'Every appeal shall be made in the form of a petition. .. ....and every petition shall (unless the Court to which it is presented otherwise directs) be accompanied by a copy of the judgment or order appealed against.'
was contended by Sri D.P. Uniyal that full compliance with the provision was made. His argument was that this provision does not require a certified copy to accompany a memorandum of appeal.
41. The 'fundamental question is what is meant by the word 'copy' used in Section 419? That it means an imitation, transcript or reproduction of an original cannot be doubted, but does it also mean 'certified copy' or 'attested copy' or 'authenticated copy'? According to none of the dictionaries including law lexicons does the word mean a certified copy. According to Bouvier 'copy' means 'a true transcript of an original writing.' He interprets 'examined copies' as those which have been compared with the original or with an official record thereof. Tomlins says that 'copy' is 'in a legal sense the transcript of an original writing; as the copy of a patent, of a charter, deed, etc.,' and the same meaning is given by Wharton. I have also consulted Murray's and Webster's Dictionaries and Corpus Juris Secundum, Vol. 18, pjge 130. None of these authorities includes among the various meanings of the word 'certified or attested or authenticated copy'. The idea of correctness is there but not of the guarantee that it is correct. The word has no legal or technical meaning; Burrows and Mozley do not even notice the word. There is, therefore, no doubt that the word, without any adjective such as 'certified', 'examined', 'authenticated' or 'attested', does not mean a certified copy; so long as a document reproduces a judgment letter by letter, it is its copy and according to all canons' of interpretations of statutes, if it accompanies a memorandum of appeal Section 419 is duly complied with.
No question of construction or interpretation arises because the word 'copy' has only one meaning in this, context and the court's duty is to understand it in that meaning. The court is called upon to construe a word only if its meaning is uncertain or ambiguous, then it can consider the Legislature's intention, practice and other facts; but when a word has only one meaning or its meaning is certain, the court's duty is exhausted by giving that meaning to it. Had the word thus two meanings, (1) 'a reproduction of the original' and (2) 'a transcript or re-production of an original or attested to be true', then only would the question arise which of the meanings the word bears in a particular context. 'A transcript or re-production of an original, certified or attested to be true' is not one of the meanings of the word according to any authority and, therefore, there is no ambiguity in the meaning of the word.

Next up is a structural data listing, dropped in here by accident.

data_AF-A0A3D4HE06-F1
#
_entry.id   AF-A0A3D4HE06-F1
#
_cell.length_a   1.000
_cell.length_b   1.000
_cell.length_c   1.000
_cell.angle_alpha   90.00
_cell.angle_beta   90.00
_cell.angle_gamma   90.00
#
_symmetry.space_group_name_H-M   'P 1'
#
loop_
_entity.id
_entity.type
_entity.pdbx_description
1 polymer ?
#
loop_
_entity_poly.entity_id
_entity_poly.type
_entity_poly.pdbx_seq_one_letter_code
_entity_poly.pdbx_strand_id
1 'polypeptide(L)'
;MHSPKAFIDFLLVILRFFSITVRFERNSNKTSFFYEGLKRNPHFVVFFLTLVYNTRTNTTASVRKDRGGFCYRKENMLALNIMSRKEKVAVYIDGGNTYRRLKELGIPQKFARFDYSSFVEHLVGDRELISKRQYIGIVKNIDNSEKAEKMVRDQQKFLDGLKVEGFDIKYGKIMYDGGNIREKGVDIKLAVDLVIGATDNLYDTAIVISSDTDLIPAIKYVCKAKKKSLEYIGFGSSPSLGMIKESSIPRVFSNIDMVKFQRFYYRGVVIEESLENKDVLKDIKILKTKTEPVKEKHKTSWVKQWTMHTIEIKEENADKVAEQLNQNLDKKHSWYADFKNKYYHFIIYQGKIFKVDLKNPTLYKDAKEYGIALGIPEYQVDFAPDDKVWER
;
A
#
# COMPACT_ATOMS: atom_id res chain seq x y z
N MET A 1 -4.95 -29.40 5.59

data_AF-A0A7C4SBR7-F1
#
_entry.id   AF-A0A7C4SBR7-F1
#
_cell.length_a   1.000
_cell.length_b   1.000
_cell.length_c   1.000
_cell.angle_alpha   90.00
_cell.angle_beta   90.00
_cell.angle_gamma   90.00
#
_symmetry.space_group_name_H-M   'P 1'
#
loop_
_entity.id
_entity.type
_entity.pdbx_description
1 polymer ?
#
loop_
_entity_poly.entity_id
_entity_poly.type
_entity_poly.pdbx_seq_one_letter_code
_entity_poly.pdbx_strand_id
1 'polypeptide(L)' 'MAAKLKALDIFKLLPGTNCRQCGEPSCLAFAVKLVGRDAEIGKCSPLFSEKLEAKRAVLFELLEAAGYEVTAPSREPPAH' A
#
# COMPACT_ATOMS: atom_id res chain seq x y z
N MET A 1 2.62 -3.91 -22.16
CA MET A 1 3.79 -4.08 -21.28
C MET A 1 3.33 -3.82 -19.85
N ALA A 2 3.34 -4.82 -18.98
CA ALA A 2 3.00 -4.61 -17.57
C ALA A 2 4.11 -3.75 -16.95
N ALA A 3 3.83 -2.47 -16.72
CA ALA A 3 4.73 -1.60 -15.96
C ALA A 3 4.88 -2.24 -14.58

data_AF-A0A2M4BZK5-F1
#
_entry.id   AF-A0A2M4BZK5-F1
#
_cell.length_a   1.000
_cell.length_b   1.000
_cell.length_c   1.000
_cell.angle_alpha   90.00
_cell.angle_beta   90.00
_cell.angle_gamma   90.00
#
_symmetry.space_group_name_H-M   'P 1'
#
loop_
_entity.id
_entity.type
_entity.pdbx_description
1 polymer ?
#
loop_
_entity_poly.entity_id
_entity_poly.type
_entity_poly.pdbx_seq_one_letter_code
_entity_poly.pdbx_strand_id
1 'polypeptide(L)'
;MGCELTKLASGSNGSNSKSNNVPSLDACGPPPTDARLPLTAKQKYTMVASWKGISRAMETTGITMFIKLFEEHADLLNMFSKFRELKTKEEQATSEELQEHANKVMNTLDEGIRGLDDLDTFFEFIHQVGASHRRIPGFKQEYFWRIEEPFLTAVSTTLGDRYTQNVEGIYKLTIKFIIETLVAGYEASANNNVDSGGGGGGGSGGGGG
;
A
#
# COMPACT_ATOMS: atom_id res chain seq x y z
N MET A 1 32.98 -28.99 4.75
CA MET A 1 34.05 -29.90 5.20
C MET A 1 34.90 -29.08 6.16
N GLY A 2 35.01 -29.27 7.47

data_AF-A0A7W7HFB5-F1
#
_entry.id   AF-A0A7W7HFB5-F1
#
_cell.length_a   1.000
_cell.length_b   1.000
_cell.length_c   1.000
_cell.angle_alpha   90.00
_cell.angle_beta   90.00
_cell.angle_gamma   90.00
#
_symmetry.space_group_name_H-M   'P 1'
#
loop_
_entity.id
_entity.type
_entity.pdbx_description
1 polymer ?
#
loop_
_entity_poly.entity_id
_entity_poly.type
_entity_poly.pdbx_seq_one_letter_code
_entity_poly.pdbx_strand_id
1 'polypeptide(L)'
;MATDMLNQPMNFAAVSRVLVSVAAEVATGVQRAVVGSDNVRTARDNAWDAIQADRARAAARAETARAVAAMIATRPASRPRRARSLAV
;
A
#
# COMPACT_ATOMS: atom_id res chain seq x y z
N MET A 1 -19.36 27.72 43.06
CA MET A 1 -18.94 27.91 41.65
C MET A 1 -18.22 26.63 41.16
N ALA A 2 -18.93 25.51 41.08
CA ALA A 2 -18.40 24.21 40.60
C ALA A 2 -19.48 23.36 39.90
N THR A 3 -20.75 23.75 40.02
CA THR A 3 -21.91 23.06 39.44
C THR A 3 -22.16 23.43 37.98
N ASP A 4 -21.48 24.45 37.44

If a copy is required to be certified, the Legislature must say so expressly; otherwise it is impossible for a court to say that a copy is not a copy unless it is certified or attested to be true. A certified copy is nothing but a copy bearing a certificate of its being signed by some official; the certificate merely guarantees that it is a true copy. The word 'certified' is an adjective which qualifies the word copy'. There are some copies which are certified copies and there are others which are not; but all are copies,
42. The word 'copy' is used in the Code in several sections and there is no indication that in any of them it means 'certified copy'. If the word does not mean 'certified copy' in some sections, it follows that it does not mean 'certified copy' in Section 419 also. Sections 87 and 134(2) provide for the affixation of a copy of a proclamation to some conspicuous, place. Section 145(3) provides for the service of a copy of an order. There is nothing to suggest that these copies must be certified copies. Section 162 provides for furnishing the accused with a copy of a statement made to the police. Sections 165(5), 167(1) and (4), 373, 379, 422 and 539 (b) provide for sending copies of certain documents to certain officers of the State; they are not required to be certified copies.
Under Section 210 a copy of the charge should be given to the accused. Sections 371 & 548 lay down that a copy of the judgment or the heads of charge or of an order or of any deposition should be furnished on demand to the accused or any other person aflected by the judgment or order. Here also the word 'certified' is not used with the word 'copy'. Section 521 refers to destruction of copies of obscene or libellous documents; here there can possibly be no question of the copies being certified copies. On the other hand, where a certified document is required to be issued or given, the Code specifically provides for it. Sections 425 and 442 provide for the appellate courts' or revision courts' certifying their judgments to the subordinate courts. Section 428 requires a subordinate court to certify the evidence to the appellate court. Section 511(a) and (b) require the production of certified extracts of previous convictions.